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like regression and classification. Since the output space of ranking is much more

complex than those of regression and classification, and there is a hierarchical

structure in the ranking problem (i.e., query-document), the generalization ability

and statistical consistency in ranking should be revisited.

As a summary, we plot the representative algorithms of the three approaches

introduced in this topic in Fig.
19.1
. Due to space restrictions, we have not put al-

gorithms on data preprocessing, advanced ranking tasks, and theoretical work on

ranking in this figure. From the figure, one can find that learning to rank for infor-

mation retrieval has become hotter and hotter in recent years, and more and more

attention has been paid to the listwise approach.

At the end of this topic, let us come back to the questions we raised in the intro-

duction, and provide their possible answers.

(1)
In what respect are these learning-to-rank algorithms similar and in which

aspects do they differ? What are the strengths and weaknesses of each algorithm?

The answer can be found by the algorithm description and categorization. Ba-

sically algorithms belonging to the pointwise approach reduce ranking to either

regression, classification, or ordinal regression. Algorithms belonging to the pair-

wise approach reduce ranking to pairwise classification. The advantage of these two

approaches is that many existing theories and tools in machine learning can be di-

rectly applied. However, distinct properties of ranking have not been considered in

their formulations. For example, most evaluation measures for ranking are query

level and position based. However, neither the query information nor the positional

information is visible to the loss functions of these two approaches. The listwise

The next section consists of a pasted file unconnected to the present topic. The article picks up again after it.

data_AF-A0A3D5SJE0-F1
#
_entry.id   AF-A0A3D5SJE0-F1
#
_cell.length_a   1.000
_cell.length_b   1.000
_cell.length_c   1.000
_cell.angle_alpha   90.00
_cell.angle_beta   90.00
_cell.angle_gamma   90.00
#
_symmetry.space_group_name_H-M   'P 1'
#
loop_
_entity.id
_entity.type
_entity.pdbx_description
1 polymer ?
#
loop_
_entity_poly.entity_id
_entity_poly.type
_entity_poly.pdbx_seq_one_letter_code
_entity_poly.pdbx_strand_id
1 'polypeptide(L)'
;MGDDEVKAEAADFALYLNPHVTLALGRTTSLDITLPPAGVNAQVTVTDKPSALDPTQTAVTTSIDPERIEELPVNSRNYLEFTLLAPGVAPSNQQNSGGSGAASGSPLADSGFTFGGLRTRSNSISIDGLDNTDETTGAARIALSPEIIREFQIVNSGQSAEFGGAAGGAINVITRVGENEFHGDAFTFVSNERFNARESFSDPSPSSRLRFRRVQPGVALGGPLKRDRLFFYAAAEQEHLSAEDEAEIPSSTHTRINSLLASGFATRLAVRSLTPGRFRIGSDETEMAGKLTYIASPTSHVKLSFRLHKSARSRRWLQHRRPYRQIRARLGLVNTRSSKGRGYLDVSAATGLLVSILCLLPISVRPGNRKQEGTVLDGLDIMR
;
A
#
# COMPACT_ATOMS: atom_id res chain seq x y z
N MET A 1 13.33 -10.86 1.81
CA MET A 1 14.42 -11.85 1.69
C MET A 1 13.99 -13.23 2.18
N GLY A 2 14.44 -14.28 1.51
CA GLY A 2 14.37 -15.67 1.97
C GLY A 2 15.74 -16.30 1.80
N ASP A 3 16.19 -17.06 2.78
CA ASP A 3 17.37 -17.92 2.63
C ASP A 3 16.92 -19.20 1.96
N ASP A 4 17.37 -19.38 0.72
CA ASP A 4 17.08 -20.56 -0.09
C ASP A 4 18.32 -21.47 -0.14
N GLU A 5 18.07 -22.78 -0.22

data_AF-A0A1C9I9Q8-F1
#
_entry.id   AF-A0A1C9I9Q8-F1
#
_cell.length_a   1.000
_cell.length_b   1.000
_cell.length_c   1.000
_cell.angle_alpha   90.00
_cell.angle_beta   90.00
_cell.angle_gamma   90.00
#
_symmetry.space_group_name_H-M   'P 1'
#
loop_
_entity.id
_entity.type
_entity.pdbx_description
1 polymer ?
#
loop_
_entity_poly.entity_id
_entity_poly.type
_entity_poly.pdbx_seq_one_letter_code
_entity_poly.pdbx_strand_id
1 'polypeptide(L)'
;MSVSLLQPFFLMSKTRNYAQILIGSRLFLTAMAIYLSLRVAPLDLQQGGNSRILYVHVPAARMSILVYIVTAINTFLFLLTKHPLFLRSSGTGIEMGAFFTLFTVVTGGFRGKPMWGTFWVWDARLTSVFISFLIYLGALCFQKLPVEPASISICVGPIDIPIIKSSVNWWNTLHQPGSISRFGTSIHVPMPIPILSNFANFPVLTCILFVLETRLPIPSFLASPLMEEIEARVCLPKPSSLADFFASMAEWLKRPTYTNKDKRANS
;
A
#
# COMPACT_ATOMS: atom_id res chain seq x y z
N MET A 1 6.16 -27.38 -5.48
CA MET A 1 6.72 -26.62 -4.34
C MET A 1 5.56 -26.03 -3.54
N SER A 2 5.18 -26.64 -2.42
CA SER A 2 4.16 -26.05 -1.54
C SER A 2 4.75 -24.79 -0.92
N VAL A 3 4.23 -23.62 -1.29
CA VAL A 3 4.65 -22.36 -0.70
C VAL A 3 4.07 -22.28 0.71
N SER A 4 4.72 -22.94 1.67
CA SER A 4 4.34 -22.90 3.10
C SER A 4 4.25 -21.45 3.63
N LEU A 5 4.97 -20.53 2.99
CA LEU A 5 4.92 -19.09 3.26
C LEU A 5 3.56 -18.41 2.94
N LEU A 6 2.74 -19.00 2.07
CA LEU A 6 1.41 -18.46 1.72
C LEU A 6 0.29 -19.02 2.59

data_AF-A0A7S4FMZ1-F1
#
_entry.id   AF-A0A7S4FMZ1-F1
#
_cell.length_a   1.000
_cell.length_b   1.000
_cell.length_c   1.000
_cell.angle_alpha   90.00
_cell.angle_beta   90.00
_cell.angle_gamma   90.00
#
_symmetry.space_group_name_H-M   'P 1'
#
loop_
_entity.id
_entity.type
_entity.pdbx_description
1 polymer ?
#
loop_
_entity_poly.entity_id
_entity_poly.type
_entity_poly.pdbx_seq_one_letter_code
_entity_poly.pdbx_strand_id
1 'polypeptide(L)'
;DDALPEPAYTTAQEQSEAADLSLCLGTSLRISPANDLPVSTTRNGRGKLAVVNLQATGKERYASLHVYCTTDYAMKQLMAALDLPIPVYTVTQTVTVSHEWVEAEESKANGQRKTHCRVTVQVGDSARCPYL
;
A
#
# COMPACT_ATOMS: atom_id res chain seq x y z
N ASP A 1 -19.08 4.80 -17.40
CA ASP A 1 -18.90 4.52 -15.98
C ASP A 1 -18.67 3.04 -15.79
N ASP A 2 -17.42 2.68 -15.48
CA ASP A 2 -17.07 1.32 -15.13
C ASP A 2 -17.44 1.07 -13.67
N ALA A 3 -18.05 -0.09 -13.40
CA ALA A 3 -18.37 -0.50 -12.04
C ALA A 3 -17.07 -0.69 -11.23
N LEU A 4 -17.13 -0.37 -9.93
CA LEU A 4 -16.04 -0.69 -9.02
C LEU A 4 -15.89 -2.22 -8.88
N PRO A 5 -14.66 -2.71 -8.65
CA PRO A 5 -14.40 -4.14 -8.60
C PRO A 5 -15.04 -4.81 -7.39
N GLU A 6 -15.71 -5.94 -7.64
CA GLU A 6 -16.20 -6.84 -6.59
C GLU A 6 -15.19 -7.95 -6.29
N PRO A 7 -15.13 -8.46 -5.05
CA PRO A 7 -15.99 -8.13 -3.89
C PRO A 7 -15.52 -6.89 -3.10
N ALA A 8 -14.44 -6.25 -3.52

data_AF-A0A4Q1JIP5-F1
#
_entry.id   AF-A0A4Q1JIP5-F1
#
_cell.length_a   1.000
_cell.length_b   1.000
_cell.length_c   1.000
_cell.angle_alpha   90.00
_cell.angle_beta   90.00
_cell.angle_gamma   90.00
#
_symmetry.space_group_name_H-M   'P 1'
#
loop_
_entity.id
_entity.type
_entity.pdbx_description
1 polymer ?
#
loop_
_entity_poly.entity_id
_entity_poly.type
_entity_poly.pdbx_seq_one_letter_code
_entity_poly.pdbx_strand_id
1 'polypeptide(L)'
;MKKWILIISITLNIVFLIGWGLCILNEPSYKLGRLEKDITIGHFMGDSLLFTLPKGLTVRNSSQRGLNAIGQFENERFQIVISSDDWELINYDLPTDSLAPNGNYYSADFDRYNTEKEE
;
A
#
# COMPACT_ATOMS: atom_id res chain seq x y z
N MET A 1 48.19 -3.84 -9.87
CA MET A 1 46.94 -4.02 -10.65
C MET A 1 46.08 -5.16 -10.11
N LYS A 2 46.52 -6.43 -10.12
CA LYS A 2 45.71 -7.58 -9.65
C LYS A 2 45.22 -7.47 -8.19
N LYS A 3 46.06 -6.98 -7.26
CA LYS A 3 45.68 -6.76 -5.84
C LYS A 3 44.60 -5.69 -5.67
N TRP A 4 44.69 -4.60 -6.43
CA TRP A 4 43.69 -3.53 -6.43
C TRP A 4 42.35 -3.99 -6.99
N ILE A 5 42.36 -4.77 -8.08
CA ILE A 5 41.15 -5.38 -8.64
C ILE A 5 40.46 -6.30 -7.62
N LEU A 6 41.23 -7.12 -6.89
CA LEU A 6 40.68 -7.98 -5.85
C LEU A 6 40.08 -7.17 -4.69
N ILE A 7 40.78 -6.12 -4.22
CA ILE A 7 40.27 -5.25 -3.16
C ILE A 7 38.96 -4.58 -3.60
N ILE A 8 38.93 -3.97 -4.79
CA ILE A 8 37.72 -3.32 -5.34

approach instead treats ranking as a new problem, and defines specific algorithms

for it. It can better leverage the concept of
query
, and consider the positional infor-

mation in the ranking results when training the ranking model. The problem with

the listwise approach is that it is in general more complex than the pointwise and

pairwise approaches, and a new theoretical foundation is needed.

According to the analysis in Chap. 5, the loss functions of many learning-to-rank

methods, no matter whether pointwise, pairwise, or listwise, are upper bounds of

(1

−

−

MAP). Therefore, the minimization of these loss functions

can lead to the minimization of (1

NDCG) and (1

−

NDCG) and (1

−

MAP), or the maximization

of NDCG and MAP.

(2)
Empirically speaking, which of those many learning-to-rank algorithms per-

form the best?

According to the discussions in Part IV, the LETOR benchmark datasets have

been widely used in the recent literature of learning to rank. Due to the standard data

collection, feature representation, dataset partitioning, and evaluation tools provided

in LETOR, it is possible to perform fair comparisons among different learning-to-

rank methods. Empirical studies on LETOR have shown that the listwise ranking

algorithms seem to have certain advantages over other algorithms, especially for the

top positions of the ranking results, and the pairwise ranking algorithms seem to